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commit ed6b12aac58c951e9924bdd1325c2fc9ea68a0b3
parent 076c73eb2cf52b5b1fdac70165a64c1566c4b053
Author: z3bra <willyatmailoodotorg>
Date:   Thu, 24 Mar 2016 22:08:53 +0000

Finish & publish container blogpost

2016/03/hand-crafted-containers.txt | 248+++++++++++++++++++++++++++++++++++++++++++++++++++++++++++++++++++++++++++---- | 2+-
css/monochrome.css | 22++++------------------
index.txt | 1+
4 files changed, 242 insertions(+), 31 deletions(-)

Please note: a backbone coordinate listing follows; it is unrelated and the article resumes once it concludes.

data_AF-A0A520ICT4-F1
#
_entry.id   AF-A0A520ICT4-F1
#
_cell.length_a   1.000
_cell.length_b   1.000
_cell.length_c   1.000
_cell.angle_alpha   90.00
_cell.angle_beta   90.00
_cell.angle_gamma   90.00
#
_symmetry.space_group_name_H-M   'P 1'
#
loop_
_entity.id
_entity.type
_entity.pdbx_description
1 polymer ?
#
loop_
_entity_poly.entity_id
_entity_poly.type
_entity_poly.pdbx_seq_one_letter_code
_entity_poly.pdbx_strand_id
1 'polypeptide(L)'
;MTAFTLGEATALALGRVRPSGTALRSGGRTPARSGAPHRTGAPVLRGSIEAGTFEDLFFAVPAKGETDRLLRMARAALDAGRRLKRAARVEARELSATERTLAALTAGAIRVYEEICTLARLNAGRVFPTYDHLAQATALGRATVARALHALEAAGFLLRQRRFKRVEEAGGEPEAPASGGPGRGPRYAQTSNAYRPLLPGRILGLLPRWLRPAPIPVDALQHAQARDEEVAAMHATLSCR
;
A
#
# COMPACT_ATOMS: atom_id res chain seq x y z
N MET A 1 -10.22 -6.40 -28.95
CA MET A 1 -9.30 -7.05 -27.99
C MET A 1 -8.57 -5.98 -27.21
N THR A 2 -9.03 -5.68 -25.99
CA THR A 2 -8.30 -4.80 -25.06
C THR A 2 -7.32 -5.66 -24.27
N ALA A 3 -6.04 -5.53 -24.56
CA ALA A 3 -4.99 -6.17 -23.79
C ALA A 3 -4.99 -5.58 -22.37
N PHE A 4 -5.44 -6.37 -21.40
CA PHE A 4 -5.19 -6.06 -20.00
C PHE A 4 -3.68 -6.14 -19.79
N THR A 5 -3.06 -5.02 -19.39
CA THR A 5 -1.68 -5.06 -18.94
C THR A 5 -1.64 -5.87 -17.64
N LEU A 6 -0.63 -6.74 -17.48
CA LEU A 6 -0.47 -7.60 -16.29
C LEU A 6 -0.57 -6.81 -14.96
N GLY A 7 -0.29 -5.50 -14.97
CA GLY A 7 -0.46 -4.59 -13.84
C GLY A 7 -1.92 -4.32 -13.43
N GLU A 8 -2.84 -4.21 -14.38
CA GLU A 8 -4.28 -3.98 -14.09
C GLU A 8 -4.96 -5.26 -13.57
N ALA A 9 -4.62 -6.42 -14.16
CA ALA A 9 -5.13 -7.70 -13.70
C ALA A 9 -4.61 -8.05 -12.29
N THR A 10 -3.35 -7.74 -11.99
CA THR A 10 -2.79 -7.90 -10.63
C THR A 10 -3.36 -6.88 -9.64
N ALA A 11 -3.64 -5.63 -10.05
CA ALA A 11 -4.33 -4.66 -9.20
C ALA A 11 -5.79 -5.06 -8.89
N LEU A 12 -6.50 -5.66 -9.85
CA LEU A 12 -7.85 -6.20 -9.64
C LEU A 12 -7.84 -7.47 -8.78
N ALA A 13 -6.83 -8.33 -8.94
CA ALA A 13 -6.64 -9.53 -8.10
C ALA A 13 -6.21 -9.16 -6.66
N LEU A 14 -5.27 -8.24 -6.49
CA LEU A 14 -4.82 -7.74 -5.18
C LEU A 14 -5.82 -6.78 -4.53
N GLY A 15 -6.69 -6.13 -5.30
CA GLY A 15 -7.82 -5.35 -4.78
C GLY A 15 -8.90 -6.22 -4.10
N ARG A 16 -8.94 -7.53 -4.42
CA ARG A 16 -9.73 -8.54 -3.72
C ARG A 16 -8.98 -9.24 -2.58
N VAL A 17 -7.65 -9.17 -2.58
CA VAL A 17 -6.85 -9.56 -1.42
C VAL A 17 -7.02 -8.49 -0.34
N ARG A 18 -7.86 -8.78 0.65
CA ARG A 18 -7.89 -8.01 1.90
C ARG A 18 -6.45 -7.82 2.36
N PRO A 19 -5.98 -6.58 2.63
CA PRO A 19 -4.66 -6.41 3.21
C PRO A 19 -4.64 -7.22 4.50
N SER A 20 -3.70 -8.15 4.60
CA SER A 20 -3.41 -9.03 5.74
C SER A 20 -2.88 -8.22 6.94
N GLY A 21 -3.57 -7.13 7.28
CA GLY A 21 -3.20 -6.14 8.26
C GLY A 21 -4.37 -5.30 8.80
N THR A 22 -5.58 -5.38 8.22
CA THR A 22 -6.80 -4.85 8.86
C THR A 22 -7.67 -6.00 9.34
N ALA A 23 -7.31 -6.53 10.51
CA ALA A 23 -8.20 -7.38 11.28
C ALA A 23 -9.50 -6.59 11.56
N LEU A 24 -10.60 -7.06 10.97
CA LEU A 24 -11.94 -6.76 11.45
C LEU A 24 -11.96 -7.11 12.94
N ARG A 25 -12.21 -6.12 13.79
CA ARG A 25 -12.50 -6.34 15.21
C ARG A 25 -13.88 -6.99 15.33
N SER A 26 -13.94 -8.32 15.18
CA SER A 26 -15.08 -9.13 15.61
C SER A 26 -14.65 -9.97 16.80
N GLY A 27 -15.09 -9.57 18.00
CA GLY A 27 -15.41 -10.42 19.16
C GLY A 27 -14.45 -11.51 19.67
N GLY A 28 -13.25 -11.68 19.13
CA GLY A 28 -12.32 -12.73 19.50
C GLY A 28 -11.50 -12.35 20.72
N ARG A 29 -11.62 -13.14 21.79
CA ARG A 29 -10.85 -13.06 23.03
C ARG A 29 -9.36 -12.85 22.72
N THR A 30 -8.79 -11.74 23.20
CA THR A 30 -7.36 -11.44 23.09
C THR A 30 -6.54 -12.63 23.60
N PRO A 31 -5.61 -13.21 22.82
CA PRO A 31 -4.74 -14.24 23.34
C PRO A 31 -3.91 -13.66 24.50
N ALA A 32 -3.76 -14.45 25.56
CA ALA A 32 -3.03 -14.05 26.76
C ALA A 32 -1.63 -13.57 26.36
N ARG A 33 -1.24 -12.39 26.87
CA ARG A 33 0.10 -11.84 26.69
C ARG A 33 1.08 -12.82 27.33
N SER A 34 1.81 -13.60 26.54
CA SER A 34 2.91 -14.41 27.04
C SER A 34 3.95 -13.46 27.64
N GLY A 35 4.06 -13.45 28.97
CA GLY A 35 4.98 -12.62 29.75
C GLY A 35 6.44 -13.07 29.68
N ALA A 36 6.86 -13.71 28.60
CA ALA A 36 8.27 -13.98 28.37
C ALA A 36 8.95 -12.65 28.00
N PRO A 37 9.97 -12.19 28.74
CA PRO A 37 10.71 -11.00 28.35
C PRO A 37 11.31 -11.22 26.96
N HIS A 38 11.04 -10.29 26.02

diff --git a/2016/03/hand-crafted-containers.txt b/2016/03/hand-crafted-containers.txt @@ -1,7 +1,16 @@ -# [Hand-made containers](#) +# [Hand-crafted containers](#) ## &mdash; 18 March, 2016 -### 0. intro +### tl;dr + + # CTNAME=blah + # mkdir -p /ns/$CTNAME/bin /ns/$CTNAME/lib + # ldd /bin/echo | grep '/' | cut -d'>' -f2 | awk '{print $1}' | xargs -I% cp % /ns/$CTNAME/lib/ + # cp /bin/echo /ns/$CTNAME/bin/ + # ip netns add $CTNAME + # ip netns exec $CTNAME unshare -fpium --mount-proc env -i container=handcraft chroot /ns/$CTNAME /bin/echo 'Hello, world!' + +### 0. Intro Containers are the latest trend, for a good reason: they leave room for new ideas in terms of security, flexibility, performance and much more. @@ -23,7 +32,7 @@ an application (a complex one). In this regard, there is only a single type of containers. We can now focus on what's really important, how do they work? -### 1. namespaces +### 1. Namespaces That's a keyword, so let's ask our internet god what it means: @@ -37,7 +46,7 @@ to a process. When a namespace is created for a process, all its children will be created within this namespace, and inherit the "limitations" of the parent. -#### mount +#### Mount The process will be able to mount and unmount filesystems without affecting the rest of the system. For example, if you unmount a partition within the namespace, all the processes within it will see it as unmounted, while it @@ -52,7 +61,7 @@ This namespace concern shared memory, System V message queues and sempaphores. Processes in the namespace will be unable to communicate with the host's processes this way. -#### network +#### Network Processes will have their own network stack. This includes the routing table, firewall rules, sockets, and so on. @@ -60,16 +69,231 @@ firewall rules, sockets, and so on. Processes' IDs will get a different mapping that they have on the host. They will get renumbered, starting from 1. -#### user +#### User The namespaces will have their own set of user and group IDs. -### 2. making containers +### 2. Making containers Now that we know what containers are and how they work, it's time to make -some! +one! +For the purpose of this article, we will try an build the simplest container +capable of printing "Hello, world!". + +Here is the program: + + $ more <<EOF> hello.c + #include <unistd.h> + int + main(int argc, char **argv) + { + write(1, "Hello, world!\n", 14); + return 0; + } + EOF + $ cc hello.c -o hello + +#### 2.0 `chroot(1)` +This one is an old tool that will run a command or spawn an interactive +shell after changing the root directory. +It is used to isolate a process, or group of processes from the host's +filesystem tree. This has long be used for security purposes +(see [chroot jail](, but escaping from +chroot is rather easy for someone with root (UID 0) access. +This is why `chroot` alone cannot be considered secure, but coupled with user +namespace and privilege dropping, one can turn a chroot in a real jail. + +Back to the topic. Let's copy our `hello` binary into the chroot, and try to +run it: + + $ mkdir rootfs + $ cp ./hello ./rootfs/hello + # chroot ./rootfs ./hello + chroot: failed to run command "./hello": No such file or directory + +This is the worst error message you can get. Of course `./hello` exists! +We just copied it. But what does this error mean then? Let's take a closer +look at this binary: + + $ file ./hello + ./hello: ELF 64-bit LSB executable, x86-64, version 1 (SYSV), dynamically linked, interpreter /lib/, for GNU/Linux 3.12.0, not stripped + +The output may differ slightly depending on your system, but the important +part here is the following: + +> dynamically linked, interpreter /lib/ + +Dynamically linked binaries cannot be run on their own. Long story short, +`/lib/` is a program that is implicitely called to run all +the dynamic binaries on a linux system, it's called the +[linker]( So in order to have a +binary run in the chroot, you need to copy over the linker AND all the libraries +your binary links to. To get a list of these libraries, use the `ldd` command: + + $ ldd hello + (0x00007ffd3e7dc000) + => /lib/ (0x00007fdc1a482000) + /lib/ (0x00007fdc1a82a000) + +You can ignore the [`vdso`]( +line as it's handled by the C library. +Our `hello` binary depends on two files: `/lib/`, the linker, +and `/lib/`, the C library (containing system calls like `write(2)`). + +In order to run our `hello` program, we'll have to copy them over in place. After +that, our program should run totally fine: + + $ mkdir -p rootfs/lib + $ cp /lib/ /lib/ ./rootfs/lib + # chroot ./rootfs ./hello + Hello, world! + +TADAAAA!! That was easy right? +Another option is to simply compile our program *statically*. It means that all the +needed objects from libraries will be compiled into the program, removing the need +for a linker and libc in the chroot: + + $ mkdir rootfs + $ cc hello.c -o hello -static -s + $ cp hello ./rootfs + # chroot ./rootfs ./hello + Hello, world! + +Let's take a look at the size of this "container". For scale, the +"[Smallest possible docker container](" +weights 3.6Mib... + + $ du -sh rootfs + 720K rootfs + +That's most likely the lightest container you've seen, right? + +#### 2.1 env +To isolate our process from the host, we'll have to clean all the environment +from all its variables, to make sure the container won't know anything about its +host. We can do this with the `env` command: + + $ export FOO="bar" + $ env -i /bin/sh + $ env # we are now in a subshell + PWD=/home/z3bra + +You can see that the subprocess doesn't have the `$FOO` variable in its +environment, even though it has been exported earlier. +You can set the environment by passing variables AFTER the `env -i` command, +this is useful to set the `$container` variable which has been "standardized" as +a way to tell processes they are running inside a container. + +We now have a way to isolate our `hello` process from the host's environment. + + # env -i container="handcraft" chroot ./rootfs ./hello + +#### 2.2 `unshare(1)` +This tool is the one that will actually isolate containers. It has been created +especially for this purpose, and will let you run a process unshared from +different namespaces: mount, user, network, PID, IPC and UTS. +In the same order, each flag will separate your `command` from the given +namespace. See `unshare(1)` for more informations: + + unshare -m -U -n -p -i -u <command> + +We can actually leave the `-n` flag untouched, as some tools provide a better +approach to network isolation (see `ip-netns(1)`, described later in this post). + +Another point worth mentionning is that if you want to isolate the process from +the PID namespace, you should consider using the options `--fork --mount-proc`, +so that the process will see a "virtualized" `/proc` that will represent the +namespace, and not the host. For example: + + # unshare -p --fork --mount-proc ps -faux + USER PID %CPU %MEM VSZ RSS TTY STAT START TIME COMMAND + root 1 0.0 0.0 13012 2276 pts/2 R+ 23:57 0:00 ps -aux + +We just found a way to isolate our program a bit more: + + # unshare -fpiumU --mount-proc env -i container="handcraft" chroot ./rootfs ./hello + +For the curious, you can check the `nsenter(1)` program, that will help you +run a process within another process namespace. + +#### 2.3 `ip-netns(1)` + +The `ip(1)` command includes a `netns` subcommand to manage network namespaces. +It is useful to give network access to a process while keeping it away from the +host's network stack. + +You need to be familiar with the concept of +[bridges](\(networking\)), and +[virtual network interfaces]( +(veth) pairs here. +Virtual ethernet devices pairs acts like both ends of a tube: when a packet is +written on one end, it is also written on the other. This simple concept will +help us get an internet acces *inside* the container, while using the network +stack of the host. + +The process is easy: we will create a `veth` pair, move one end inside the +container, and bridge the other side with a physical interface. +Let's assume your physical interface is named `eth0`. We will create a bridge +`br0`, add `eth0` on this bridge, and request an IP for this interface: + + # brctl addbr br0 + # brctl addif br0 eth0 + # dhcpcd br0 + +Then, we create a network namespace, a veth pair and move one end if this +pair inside the namespace (we will name it "handcraft"): + + # ip netns add handcraft + # ip link add veth1 type veth peer name eth1 + # ip link set eth1 netns handcraft + +Now that our namespace has an interface able to communicate with the outside +world, we can bridge it together with `eth0` and request an IP: + + # brctl addif br0 veth1 + # ip link set veth1 up + # ip netns exec dhcpcd eth1 + +We now have a namespace 100% isolated from the host, that can reach the +outside world over ethernet! +You can run any command inside this namespace, and they will use the network +stack we just created. For example: + + # ip netns exec handcraft curl -s + +We can now run our `hello` program with its own network stack (even though +it doesn't make any sense!): + + # ip netns exec handcraft unshare -fpiuUm --mount-proc env -i container="handcraft" chroot ./rootfs ./hello + +Don't feel ashamed by such a long-ass command, because that is what `lxc`, +`docker`, and other container applications do behind your back! + +### 3. Bonus: cgroups + +Control groups are a feature of the kernel used to limit the resources +used by a process, or a group of processes. Cgroups can limit CPU +shares, RAM, network usage, disk I/O, ... + +I will not cover their usage here, as this article is already long, but +They are totally worth mentionning as an improvement over our containers. + +### 4. Congratz + +Containers are a truly awesome concept. They make great use of new +technologies, and all the tools presented above allow the standard users +to exploit them in many different ways. +Applications like LXC and docker both recreate a full operating system, +even though they are used to run a single process (web server, database, ...). + +By knowing how this works under the hood, we will be able to use the +container technology to isolate the application in a smarter way than +shipping it along with a full operating system. + +For further reading, check out these links: -2.0 chroot -2.1 unshare / nsenter -2.2 ip-netns +* []( +* []( +* []( +* []( -3. cgroups +Now get out there, and make some containers! diff --git a/ b/ @@ -1,4 +1,4 @@ -MD = ./markdown +MD = markdown NAME = monochromatic PREFIX = /var/www/ diff --git a/css/monochrome.css b/css/monochrome.css @@ -85,27 +85,13 @@ header h1 a:hover { /* }}} */ /* Coding style (<code>) {{{ */ -code, pre { - color: inherit; +pre { + color: #eee; font-family: monospace; font-size: 90%; - padding: 2px; - background-color: #eee; - border: 1px solid #bbb; + background-color: #333; + border: 1px solid #eee; border-radius: 4px; -} - -/* - * code:before, code:after { - * content: "`"; - * } - */ - -pre code:before, pre code:after { - content: none; -} - -pre { padding: 10px; overflow-x: auto; overflow-y: hidden; diff --git a/index.txt b/index.txt @@ -1,3 +1,4 @@ +* 0x001b - [Hand-crafted containers](/2016/03/hand-crafted-containers.html) * 0x001a - [Make your own distro](/2016/01/make-your-own-distro.html) * 0x0019 - [Install Alpine at](/2015/08/install-alpine-at-onlinenet.html) * 0x0018 - [cross-compiling with PCC and musl](/2015/08/cross-compiling-with-pcc-and-musl.html)